start training up the boys so they get into good habits (at their ages, just picking up after themselves a bit more, & doing errands for you on request, is enough imo.) my 7 y.o. can be frightfully unhelpful at times, but no doubt about it, the things which are just always expected, he does pretty much automatically, & that's where you want to be with them at that age. it's a massive help just if they will keep themselves & their own things in order & be able to help with odd jobs when you ask. and for goodness sake, put those scissors away ;-)
with the kids, remember to be positive - always try to notice what they _have_ achieved, tried hard with, done a good job on, or remembered spontaneously without being asked, & they'll be much more enthusiastic about ingraining the habits & they will feel appreciated & much more willing to help out, too.
i think your idea of calling your mum for a day or two while you do a really big clean out is a good one (i'm not sure where pride is involved...? if you & she have a bit of a weird relationship, just tell her you're nesting in preparation for the new baby :-) if there IS stuff you should probably keep but nowhere for it to go, think about how you could store or organise it better. kylie
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On Thu, 17 Aug 2006 11:49:30 +0000, 0tterbot wrote:

This works with husbands, too.
http://www.nytimes.com/2006/06/25/fashion/25love.html?ex 55960000&en2420e0392e3132&eiP70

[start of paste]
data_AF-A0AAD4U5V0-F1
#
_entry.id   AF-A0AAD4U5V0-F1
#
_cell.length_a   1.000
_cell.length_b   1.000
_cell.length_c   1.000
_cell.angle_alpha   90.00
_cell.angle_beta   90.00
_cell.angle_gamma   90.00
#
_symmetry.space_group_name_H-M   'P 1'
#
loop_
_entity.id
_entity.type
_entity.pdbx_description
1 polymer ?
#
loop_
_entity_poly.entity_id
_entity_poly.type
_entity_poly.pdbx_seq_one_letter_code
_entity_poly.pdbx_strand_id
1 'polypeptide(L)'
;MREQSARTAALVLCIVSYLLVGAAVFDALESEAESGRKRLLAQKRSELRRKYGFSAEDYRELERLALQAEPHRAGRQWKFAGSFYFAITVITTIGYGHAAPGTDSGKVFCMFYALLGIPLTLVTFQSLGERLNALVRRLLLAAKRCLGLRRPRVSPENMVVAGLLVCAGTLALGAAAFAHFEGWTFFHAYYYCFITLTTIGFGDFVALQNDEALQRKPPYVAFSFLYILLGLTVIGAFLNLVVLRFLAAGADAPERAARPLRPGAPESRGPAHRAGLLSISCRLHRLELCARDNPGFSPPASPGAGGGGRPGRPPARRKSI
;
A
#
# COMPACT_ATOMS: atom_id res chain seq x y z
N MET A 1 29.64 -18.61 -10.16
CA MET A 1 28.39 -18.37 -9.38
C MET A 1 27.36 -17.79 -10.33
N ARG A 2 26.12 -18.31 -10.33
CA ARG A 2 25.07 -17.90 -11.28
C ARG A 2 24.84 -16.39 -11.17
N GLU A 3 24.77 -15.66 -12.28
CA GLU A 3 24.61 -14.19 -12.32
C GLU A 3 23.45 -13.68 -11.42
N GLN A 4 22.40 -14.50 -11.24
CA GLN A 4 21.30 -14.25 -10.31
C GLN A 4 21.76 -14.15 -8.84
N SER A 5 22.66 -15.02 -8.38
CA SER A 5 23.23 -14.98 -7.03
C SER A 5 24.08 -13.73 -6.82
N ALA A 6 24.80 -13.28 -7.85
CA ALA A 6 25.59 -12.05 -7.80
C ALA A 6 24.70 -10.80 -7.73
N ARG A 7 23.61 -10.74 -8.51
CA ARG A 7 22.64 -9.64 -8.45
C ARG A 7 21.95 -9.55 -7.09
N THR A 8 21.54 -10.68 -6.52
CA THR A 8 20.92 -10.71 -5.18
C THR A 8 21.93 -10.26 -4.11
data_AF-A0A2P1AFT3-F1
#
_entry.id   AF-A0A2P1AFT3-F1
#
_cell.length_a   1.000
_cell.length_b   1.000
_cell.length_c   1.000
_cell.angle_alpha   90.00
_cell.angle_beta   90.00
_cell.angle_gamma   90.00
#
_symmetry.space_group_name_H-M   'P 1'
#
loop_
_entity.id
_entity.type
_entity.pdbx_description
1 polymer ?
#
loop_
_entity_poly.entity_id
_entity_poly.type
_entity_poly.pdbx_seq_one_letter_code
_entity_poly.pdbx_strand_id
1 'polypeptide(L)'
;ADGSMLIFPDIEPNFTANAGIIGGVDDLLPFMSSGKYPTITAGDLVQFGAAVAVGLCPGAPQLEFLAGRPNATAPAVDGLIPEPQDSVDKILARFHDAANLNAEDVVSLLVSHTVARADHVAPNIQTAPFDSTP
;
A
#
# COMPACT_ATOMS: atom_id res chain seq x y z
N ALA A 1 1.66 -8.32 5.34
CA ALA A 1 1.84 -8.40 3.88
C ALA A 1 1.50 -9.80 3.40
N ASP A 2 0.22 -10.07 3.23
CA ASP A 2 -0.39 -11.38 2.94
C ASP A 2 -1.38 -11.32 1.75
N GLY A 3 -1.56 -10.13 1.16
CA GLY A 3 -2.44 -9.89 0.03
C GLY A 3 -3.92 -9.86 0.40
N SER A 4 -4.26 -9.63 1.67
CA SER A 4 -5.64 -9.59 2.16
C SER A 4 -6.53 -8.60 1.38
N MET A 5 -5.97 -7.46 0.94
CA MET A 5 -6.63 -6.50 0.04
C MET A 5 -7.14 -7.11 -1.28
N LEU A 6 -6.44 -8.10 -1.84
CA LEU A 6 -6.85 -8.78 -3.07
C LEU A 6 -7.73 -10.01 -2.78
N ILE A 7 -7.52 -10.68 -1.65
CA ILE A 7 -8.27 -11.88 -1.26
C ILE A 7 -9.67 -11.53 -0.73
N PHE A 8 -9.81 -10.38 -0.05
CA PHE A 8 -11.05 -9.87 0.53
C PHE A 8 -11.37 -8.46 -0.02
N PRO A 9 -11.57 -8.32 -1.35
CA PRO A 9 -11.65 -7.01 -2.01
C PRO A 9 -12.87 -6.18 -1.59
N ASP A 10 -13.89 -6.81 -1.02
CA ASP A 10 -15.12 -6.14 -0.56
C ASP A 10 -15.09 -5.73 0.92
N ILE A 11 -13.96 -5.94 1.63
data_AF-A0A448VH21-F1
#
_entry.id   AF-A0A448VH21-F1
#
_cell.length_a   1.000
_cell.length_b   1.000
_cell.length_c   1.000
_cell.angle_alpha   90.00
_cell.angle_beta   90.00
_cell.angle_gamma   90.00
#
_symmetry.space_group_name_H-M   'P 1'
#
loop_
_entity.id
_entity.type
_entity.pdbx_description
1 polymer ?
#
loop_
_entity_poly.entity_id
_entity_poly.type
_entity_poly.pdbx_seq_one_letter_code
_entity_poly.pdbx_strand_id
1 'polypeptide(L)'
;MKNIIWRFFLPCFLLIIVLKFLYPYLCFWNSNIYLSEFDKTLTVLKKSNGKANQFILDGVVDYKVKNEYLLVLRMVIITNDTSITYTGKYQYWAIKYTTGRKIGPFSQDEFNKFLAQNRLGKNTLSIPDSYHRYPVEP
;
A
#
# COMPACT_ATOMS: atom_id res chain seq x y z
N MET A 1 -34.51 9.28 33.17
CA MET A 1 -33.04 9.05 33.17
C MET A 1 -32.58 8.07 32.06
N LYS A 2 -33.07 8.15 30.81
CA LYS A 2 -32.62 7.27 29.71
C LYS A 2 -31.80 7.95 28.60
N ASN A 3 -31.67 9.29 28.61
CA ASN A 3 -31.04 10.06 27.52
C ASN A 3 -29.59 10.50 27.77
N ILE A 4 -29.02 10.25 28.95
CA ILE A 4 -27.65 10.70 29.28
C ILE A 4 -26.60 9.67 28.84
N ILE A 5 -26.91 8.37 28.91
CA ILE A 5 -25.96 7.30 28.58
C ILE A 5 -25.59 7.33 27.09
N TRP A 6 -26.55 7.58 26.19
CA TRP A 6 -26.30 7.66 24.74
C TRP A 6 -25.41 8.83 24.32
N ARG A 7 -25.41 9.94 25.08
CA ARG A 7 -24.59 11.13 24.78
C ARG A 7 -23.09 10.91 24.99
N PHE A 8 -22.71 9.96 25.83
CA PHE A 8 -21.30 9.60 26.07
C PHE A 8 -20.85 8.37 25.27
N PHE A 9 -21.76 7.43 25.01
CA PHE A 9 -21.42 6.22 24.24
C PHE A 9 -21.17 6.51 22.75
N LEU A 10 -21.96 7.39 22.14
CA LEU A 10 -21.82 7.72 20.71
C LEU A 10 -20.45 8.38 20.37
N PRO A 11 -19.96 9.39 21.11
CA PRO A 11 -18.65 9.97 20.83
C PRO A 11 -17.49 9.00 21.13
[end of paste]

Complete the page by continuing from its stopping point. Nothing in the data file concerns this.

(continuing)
--
Cathy F

“Everyone is in favor of free speech. Hardly a day passes without its
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wrote:

Hubby needs a little training. There are very effective ways and he won't know what's going on. Psychology 101
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I locked every pair of scissors wee owned in a box (security type lock box) once for a LONG time. Scissors became a "controlled sunstance" for this very reason.

It is very hard to keep up with normal housework without having to constantly monitor who is doing what where all the time.
I'm with you sis-tah!!!
MAmadurk
--
I don\'t consider myself a book collector. I just have books,
the way one has air to breathe. -N. Hilyard
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And here I thought I was the only one who locked up the scissors.